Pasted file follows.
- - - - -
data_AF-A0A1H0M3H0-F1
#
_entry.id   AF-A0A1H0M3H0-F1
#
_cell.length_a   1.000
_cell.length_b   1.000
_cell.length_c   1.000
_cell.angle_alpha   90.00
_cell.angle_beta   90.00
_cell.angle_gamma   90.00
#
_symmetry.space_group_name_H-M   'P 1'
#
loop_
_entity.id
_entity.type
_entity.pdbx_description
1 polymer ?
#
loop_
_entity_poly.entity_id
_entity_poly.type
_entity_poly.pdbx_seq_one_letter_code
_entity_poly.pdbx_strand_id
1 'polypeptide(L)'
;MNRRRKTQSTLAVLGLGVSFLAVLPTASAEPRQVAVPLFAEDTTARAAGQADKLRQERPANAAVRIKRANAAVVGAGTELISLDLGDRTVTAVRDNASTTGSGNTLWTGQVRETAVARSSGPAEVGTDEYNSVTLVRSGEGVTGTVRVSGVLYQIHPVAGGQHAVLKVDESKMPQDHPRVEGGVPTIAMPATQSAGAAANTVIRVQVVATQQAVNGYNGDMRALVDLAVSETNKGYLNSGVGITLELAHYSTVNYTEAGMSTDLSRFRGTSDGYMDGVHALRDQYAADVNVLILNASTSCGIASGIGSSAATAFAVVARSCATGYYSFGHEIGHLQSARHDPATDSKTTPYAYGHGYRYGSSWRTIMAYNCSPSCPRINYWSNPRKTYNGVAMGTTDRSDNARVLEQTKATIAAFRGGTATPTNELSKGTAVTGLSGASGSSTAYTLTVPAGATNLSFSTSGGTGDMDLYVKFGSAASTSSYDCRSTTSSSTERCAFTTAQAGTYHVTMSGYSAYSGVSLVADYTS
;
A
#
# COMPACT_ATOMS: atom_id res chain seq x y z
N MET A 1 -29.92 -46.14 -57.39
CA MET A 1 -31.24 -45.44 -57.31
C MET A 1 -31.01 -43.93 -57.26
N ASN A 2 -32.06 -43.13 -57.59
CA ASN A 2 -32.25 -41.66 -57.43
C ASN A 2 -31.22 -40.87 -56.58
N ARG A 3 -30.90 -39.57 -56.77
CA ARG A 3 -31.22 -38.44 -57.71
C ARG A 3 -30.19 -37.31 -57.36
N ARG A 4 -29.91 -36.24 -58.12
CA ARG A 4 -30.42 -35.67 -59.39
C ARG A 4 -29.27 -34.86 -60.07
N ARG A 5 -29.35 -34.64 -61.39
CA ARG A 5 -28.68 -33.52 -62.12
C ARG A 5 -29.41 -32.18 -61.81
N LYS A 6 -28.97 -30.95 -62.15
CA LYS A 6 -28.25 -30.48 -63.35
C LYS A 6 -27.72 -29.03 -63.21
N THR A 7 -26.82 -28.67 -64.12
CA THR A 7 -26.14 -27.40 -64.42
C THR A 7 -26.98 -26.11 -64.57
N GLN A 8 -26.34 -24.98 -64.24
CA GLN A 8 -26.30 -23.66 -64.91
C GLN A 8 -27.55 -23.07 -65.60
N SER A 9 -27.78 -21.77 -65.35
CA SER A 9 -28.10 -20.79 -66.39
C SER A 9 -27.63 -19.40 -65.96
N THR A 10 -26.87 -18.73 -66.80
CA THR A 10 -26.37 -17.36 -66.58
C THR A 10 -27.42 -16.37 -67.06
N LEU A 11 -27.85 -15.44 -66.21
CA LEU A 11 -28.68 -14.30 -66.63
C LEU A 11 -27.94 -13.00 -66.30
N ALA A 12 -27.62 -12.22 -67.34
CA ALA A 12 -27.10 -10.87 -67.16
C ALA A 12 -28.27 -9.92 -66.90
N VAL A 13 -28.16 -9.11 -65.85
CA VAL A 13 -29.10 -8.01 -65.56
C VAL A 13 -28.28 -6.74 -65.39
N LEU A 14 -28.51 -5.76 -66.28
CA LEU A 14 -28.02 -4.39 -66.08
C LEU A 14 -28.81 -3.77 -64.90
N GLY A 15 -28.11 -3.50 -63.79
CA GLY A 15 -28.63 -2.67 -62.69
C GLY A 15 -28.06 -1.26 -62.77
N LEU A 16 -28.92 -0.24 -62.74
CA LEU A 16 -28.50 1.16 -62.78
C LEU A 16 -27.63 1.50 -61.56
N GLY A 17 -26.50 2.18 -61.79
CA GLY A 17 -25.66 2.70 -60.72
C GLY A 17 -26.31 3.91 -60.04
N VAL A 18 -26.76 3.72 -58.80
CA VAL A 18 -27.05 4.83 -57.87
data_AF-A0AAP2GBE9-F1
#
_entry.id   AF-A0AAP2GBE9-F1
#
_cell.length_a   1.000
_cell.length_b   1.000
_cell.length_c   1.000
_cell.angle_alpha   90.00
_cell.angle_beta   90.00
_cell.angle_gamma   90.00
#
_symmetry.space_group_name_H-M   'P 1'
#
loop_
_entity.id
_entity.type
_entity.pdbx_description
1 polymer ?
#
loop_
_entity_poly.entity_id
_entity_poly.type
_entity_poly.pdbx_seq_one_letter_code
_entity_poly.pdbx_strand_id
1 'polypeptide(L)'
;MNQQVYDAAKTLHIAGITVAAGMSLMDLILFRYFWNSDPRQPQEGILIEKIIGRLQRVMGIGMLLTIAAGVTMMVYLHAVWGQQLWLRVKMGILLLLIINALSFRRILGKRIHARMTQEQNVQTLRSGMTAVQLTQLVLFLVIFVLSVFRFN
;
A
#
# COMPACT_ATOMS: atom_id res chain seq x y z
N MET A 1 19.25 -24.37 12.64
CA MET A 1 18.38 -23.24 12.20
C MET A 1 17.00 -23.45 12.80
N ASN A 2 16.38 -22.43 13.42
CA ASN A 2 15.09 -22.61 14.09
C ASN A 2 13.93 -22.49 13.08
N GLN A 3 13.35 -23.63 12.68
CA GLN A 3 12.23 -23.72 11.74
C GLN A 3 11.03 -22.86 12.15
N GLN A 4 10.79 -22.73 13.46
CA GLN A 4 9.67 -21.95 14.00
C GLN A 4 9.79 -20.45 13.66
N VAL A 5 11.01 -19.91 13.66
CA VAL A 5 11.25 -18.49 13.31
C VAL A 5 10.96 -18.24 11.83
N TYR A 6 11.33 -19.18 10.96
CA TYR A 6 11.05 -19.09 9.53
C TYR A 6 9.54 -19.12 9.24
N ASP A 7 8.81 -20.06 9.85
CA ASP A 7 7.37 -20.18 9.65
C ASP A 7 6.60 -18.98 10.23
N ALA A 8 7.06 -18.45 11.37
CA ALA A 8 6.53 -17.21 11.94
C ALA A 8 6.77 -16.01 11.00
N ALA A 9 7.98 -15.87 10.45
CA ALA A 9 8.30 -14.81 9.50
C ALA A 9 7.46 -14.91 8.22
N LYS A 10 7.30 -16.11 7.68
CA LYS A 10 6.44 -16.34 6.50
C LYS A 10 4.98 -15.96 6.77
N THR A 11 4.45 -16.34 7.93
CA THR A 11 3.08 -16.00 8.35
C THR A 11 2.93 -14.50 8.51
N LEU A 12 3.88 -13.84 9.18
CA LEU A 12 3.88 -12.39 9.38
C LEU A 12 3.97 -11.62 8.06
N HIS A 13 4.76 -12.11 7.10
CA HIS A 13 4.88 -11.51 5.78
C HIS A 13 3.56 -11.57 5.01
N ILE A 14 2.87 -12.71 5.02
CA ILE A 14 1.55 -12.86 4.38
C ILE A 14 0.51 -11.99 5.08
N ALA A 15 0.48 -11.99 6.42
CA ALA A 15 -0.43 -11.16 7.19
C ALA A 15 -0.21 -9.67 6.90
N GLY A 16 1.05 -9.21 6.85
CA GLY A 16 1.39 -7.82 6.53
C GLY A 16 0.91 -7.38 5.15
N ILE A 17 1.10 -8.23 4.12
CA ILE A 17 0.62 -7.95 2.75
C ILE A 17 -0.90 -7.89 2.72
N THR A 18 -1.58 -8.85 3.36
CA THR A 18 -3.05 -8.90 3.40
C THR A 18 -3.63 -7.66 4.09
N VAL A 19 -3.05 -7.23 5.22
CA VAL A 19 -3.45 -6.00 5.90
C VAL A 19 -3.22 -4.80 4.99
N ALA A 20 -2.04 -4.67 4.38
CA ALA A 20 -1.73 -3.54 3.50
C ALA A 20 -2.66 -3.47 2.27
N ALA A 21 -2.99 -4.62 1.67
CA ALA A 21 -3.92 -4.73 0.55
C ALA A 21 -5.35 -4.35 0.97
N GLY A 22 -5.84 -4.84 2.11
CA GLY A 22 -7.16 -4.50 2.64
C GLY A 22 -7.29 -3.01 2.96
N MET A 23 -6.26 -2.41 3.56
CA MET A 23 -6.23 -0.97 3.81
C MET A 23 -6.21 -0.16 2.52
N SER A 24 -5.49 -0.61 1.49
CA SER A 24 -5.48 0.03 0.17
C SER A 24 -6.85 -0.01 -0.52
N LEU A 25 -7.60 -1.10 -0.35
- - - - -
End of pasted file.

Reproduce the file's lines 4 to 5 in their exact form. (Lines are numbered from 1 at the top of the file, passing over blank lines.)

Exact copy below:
#
_cell.length_a   1.000